Adventure Games & Story Games

(Normally, I only allow myself one blog post per day at max. But seeing as the last one was just an announcement, I can bend the rules today.)

As a story game designer, I often wonder what the difference is for me between story games and adventure games[1]. Oddly, the difference hit me while watching Crank 2: High Voltage last year. In short:

  • Adventure Games test competence
  • Story Games manage page

See, here’s the thing. Crank and Crank 2 are classes in action beats. There’s little more to the film than that, by design, so you get an eye-full over and over again of what makes an action scene work. It’s all about beats — action, reaction, follow-up. And what we do with adventure games models only a piece of that, the initiative system and flow of turn order. But by testing competence and allowing for the sort of failure that blocks or fucks with the flow of the beat, we make games that look less like action movies and look more like, well, like a fight in real life.

Which brings me to another difference:

  • Adventure Games model a fair, consensual reality (and often strongly)
  • Story Games model a desire for an arc (and often weakly)

Not that I want to get into GNS theory here. Fuck no. (GNS is about play dynamics, I’m talking about design modeling.)  But it’s the qualifiers that I want to get into. Adventure Games have a strong modeling, intentionally. Fairness, and thus the feeling of success or safety net against abuse, requires a strong modeling. Sometimes that modeling is rules-heavy, and in other cases rules-light, and they often fall back onto an arbiter of sorts (the GM), to manage the modeling, fairness, and people. But because of this focus, creating tools for an arc are a secondary thought, if that.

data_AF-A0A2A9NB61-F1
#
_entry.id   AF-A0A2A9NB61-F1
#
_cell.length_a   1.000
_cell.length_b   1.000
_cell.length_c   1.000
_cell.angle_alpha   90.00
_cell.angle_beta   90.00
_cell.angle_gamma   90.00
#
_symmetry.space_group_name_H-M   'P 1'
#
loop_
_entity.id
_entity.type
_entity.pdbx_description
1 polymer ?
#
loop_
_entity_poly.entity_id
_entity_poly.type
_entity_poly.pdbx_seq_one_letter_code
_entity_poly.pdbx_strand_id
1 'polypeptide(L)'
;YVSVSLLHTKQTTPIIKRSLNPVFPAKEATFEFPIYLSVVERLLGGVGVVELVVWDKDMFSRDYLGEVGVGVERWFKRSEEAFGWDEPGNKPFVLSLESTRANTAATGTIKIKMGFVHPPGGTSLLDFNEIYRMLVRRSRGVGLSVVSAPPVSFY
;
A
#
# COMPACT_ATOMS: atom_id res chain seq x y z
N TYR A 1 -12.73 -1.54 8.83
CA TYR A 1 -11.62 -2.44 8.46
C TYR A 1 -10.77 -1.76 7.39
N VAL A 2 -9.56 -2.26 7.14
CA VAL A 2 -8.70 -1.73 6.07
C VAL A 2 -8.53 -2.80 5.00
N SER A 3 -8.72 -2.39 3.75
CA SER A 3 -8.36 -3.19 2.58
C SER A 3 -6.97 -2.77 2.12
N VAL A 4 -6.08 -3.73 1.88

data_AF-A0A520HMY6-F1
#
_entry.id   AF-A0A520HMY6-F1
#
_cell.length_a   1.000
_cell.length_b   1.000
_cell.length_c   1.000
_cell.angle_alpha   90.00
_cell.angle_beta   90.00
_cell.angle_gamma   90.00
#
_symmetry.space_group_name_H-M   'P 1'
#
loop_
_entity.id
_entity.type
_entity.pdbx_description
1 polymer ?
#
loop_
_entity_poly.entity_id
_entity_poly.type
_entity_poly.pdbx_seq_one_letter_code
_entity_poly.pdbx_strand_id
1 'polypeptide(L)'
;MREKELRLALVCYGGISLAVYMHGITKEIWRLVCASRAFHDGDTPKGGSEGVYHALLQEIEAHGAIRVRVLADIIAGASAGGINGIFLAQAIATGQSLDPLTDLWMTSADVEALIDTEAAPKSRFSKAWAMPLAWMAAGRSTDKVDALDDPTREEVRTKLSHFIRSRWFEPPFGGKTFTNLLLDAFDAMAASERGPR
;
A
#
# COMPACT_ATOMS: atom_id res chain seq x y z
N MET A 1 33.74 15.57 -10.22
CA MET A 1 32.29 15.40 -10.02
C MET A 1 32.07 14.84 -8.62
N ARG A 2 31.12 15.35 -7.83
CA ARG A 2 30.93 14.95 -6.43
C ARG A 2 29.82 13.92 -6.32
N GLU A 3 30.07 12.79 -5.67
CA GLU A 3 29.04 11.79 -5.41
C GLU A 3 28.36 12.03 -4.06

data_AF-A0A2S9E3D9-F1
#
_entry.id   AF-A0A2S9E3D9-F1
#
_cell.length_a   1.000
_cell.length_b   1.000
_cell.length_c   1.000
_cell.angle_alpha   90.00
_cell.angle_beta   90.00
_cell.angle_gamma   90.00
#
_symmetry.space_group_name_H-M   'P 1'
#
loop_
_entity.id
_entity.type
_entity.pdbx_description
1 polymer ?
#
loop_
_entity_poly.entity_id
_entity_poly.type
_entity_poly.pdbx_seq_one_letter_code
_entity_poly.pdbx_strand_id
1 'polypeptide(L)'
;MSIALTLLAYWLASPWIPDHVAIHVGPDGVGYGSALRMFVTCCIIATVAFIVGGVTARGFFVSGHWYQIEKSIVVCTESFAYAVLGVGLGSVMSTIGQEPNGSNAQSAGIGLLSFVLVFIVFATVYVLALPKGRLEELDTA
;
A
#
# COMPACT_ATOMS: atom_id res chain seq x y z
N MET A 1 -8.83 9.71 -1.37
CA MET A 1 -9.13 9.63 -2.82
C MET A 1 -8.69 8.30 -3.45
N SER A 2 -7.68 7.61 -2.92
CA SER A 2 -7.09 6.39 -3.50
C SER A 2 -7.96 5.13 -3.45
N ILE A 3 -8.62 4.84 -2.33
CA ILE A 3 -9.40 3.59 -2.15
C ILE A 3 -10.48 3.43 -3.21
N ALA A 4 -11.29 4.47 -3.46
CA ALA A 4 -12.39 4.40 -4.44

(Often, the tools are in the form of GM advice, which is a fine, fine tool for such a job. And I think we Story Gamers forget this from time to time.)

Now, Story Games often model weakly, also by design. Yes, we have games that have strict sense of timing, with our love of pacing mechanics, but they don’t strongly model arcs the way that adventure game strongly model fairness. Again, by design. These games are tapping into the shared sense of media, of story, as a way to fill in gaps and allow us flexibility in how we interpret that pacing.

If you look at a lot of freshmen indie games, they try to too strongly model an arc. The very complaint you get in a lot of poorly-designed adventure games — of rule loopholes and soft points and weakness — are what you need in order to make a story game work. Make a story game too tight, and you risk making a game that’s about parlor narration, one that you feel you’re along the ride for rather than an architect of.